Trading the GP interest for an increase limited partner stake may also bring up some nasty tax concerns as well as weaken the ability to independently set the dividend policy. KMI's dividend growth rate would be set pretty much be equal to KMP's, or in other words, lower than current levels.

Let us also not bring up the issue as to how to value KMP's GP stake by itself. In addition, how much of KMI's valuation is based on expected future IDR payments from KMP compared to its other assets.

Therefore, I think that the most likely solution is via KMP buying KMI (solution 2).

Depending on how the transaction is structured, KMI shareholders could receive cash, KMP units, KMR shares, or some other combination of the three.

Any such transaction is likely to be very dilutive for KMP unitholders short term. However, in the long term, the transaction should become accretive as the combined company would be able to retain 100% of its incremental cash flows. Furthermore, Credit Suisse noted that this move would allow Kinder Morgan to trade back towards its previous $90 level.

As seen in the case of Enterprise Products Partners (NYSE:EPD), which actually bought out its GP a few years back, investors will pay up for MLPs without IDR burdens. As of this writing, EPD is trading at a 25x multiple to DCF, compared to under 14.0x for KMP.

Kinder Morgan's current structure is too complicated and needs to be streamlined

Finally, I believe Kinder Morgan stands to benefit greatly if it can somehow streamline its corporate structure. When including El Paso Pipeline (NYSE:EPB), the Kinder Morgan group consists of four separate stocks, each which different levels of growth, different sources of income (cash dividends, cash distributions, stock dividends), and various levels of risk. For the average investor, this structure is way too complicated.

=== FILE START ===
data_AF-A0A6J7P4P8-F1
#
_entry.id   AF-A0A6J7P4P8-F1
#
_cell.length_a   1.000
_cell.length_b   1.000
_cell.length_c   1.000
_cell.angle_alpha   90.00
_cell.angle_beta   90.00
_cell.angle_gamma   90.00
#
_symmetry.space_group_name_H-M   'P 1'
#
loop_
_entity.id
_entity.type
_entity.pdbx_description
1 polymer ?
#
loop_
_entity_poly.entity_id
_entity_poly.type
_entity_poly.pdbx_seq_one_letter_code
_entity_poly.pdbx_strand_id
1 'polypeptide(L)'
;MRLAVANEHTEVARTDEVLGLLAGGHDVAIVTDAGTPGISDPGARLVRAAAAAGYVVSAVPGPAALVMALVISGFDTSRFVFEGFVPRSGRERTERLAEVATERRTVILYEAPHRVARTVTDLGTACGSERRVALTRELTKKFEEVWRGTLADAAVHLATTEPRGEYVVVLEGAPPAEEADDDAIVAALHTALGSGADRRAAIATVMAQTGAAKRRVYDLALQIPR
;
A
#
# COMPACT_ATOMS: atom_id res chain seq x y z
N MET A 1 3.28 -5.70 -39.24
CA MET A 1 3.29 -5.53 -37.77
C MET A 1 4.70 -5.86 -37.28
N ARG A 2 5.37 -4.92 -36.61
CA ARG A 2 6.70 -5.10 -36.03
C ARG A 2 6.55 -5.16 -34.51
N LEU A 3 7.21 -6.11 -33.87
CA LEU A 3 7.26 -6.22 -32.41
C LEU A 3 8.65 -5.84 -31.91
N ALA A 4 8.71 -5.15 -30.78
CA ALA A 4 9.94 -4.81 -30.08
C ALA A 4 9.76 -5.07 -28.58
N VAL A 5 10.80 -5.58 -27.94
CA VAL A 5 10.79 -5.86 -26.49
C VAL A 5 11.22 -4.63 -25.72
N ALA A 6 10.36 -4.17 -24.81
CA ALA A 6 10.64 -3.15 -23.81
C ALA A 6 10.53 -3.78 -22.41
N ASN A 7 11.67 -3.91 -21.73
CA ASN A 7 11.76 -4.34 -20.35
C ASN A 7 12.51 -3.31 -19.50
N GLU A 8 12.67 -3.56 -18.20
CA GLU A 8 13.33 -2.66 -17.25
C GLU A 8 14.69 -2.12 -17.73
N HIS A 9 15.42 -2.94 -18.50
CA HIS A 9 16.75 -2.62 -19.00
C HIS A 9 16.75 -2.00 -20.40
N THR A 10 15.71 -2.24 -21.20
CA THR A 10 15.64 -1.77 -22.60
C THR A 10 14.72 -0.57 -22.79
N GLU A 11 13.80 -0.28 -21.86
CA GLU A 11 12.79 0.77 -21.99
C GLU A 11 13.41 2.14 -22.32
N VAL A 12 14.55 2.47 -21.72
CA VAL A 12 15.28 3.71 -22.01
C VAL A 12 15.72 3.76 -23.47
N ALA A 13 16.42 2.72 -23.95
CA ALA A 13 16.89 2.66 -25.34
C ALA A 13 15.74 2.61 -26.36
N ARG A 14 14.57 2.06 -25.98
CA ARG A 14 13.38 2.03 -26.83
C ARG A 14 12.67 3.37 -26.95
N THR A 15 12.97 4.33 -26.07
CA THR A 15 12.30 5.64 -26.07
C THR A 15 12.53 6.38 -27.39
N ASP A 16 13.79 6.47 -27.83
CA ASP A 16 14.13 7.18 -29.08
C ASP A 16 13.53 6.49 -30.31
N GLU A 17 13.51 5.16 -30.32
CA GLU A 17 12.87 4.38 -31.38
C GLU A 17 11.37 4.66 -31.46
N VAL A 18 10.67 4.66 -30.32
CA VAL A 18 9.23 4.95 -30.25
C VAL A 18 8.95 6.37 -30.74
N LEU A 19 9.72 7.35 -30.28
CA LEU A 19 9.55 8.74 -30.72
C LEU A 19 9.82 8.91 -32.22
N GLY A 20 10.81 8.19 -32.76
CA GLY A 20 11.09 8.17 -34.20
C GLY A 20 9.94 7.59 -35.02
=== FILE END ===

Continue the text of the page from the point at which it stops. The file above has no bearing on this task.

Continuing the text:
(click to enlarge)

Conclusion

Overall, I think Credit Suisse is right. Kinder Morgan needs to eventually merge at the very least KMI with KMP. However, there is no need to rush into it. Many of the "distractions" facing Kinder Morgan have been caused by questionable actors with dubious motives. Even if a merger were announced, the stocks may very well continue to face pressure.

Furthermore, as I noted in my recent article, long-term investors should focus on Kinder Morgan's actual results and ignore the day-to-day turmoil, especially with US production of oil and gas surging.

Disclaimer: The opinions in this article are for informational purposes only and should not be construed as a recommendation to buy or sell the stocks mentioned. Please do your own due diligence before making any investment decision.

Disclosure: I am long KMI. I wrote this article myself, and it expresses my own opinions. I am not receiving compensation for it (other than from Seeking Alpha). I have no business relationship with any company whose stock is mentioned in this article.

Source: Kinder Morgan: Is It Time For A Merger?